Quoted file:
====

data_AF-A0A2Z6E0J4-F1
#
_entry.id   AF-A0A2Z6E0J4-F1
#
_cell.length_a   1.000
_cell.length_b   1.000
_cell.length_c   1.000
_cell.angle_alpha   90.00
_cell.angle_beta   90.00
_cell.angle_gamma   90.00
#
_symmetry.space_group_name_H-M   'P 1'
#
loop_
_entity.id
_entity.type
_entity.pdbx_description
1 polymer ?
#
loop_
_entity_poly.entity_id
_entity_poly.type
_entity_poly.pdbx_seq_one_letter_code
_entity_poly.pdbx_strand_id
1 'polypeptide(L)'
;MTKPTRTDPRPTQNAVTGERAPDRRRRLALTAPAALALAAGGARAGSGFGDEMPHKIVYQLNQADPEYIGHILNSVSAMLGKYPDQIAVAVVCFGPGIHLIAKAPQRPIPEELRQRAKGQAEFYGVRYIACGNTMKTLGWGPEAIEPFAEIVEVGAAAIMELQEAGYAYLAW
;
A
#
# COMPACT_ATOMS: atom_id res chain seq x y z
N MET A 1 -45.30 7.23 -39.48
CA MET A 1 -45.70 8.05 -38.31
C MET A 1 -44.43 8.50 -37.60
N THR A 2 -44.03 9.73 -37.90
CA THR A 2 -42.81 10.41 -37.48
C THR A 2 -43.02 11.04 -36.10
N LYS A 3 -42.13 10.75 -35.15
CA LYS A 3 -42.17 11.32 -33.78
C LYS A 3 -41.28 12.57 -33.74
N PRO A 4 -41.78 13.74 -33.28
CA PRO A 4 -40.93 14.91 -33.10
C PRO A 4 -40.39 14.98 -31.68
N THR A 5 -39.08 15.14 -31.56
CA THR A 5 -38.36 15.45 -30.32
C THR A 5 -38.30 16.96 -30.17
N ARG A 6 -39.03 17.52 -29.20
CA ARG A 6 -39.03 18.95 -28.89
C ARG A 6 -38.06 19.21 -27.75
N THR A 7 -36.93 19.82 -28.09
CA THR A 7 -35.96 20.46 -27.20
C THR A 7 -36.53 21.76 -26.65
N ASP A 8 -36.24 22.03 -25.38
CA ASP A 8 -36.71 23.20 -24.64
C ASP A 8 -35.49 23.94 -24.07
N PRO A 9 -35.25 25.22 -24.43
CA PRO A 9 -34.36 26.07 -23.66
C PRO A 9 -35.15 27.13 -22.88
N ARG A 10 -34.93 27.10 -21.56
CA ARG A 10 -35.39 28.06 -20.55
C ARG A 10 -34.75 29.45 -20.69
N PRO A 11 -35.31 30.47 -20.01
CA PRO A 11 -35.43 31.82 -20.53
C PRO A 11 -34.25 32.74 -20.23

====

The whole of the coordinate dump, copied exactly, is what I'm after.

data_AF-A0A2Z6E0J4-F1
#
_entry.id   AF-A0A2Z6E0J4-F1
#
_cell.length_a   1.000
_cell.length_b   1.000
_cell.length_c   1.000
_cell.angle_alpha   90.00
_cell.angle_beta   90.00
_cell.angle_gamma   90.00
#
_symmetry.space_group_name_H-M   'P 1'
#
loop_
_entity.id
_entity.type
_entity.pdbx_description
1 polymer ?
#
loop_
_entity_poly.entity_id
_entity_poly.type
_entity_poly.pdbx_seq_one_letter_code
_entity_poly.pdbx_strand_id
1 'polypeptide(L)'
;MTKPTRTDPRPTQNAVTGERAPDRRRRLALTAPAALALAAGGARAGSGFGDEMPHKIVYQLNQADPEYIGHILNSVSAMLGKYPDQIAVAVVCFGPGIHLIAKAPQRPIPEELRQRAKGQAEFYGVRYIACGNTMKTLGWGPEAIEPFAEIVEVGAAAIMELQEAGYAYLAW
;
A
#
# COMPACT_ATOMS: atom_id res chain seq x y z
N MET A 1 -45.30 7.23 -39.48
CA MET A 1 -45.70 8.05 -38.31
C MET A 1 -44.43 8.50 -37.60
N THR A 2 -44.03 9.73 -37.90
CA THR A 2 -42.81 10.41 -37.48
C THR A 2 -43.02 11.04 -36.10
N LYS A 3 -42.13 10.75 -35.15
CA LYS A 3 -42.17 11.32 -33.78
C LYS A 3 -41.28 12.57 -33.74
N PRO A 4 -41.78 13.74 -33.28
CA PRO A 4 -40.93 14.91 -33.10
C PRO A 4 -40.39 14.98 -31.68
N THR A 5 -39.08 15.14 -31.56
CA THR A 5 -38.36 15.45 -30.32
C THR A 5 -38.30 16.96 -30.17
N ARG A 6 -39.03 17.52 -29.20
CA ARG A 6 -39.03 18.95 -28.89
C ARG A 6 -38.06 19.21 -27.75
N THR A 7 -36.93 19.82 -28.09
CA THR A 7 -35.96 20.46 -27.20
C THR A 7 -36.53 21.76 -26.65
N ASP A 8 -36.24 22.03 -25.38
CA ASP A 8 -36.71 23.20 -24.64
C ASP A 8 -35.49 23.94 -24.07
N PRO A 9 -35.25 25.22 -24.43
CA PRO A 9 -34.36 26.07 -23.66
C PRO A 9 -35.15 27.13 -22.88
N ARG A 10 -34.93 27.10 -21.56
CA ARG A 10 -35.39 28.06 -20.55
C ARG A 10 -34.75 29.45 -20.69
N PRO A 11 -35.31 30.47 -20.01
CA PRO A 11 -35.43 31.82 -20.53
C PRO A 11 -34.25 32.74 -20.23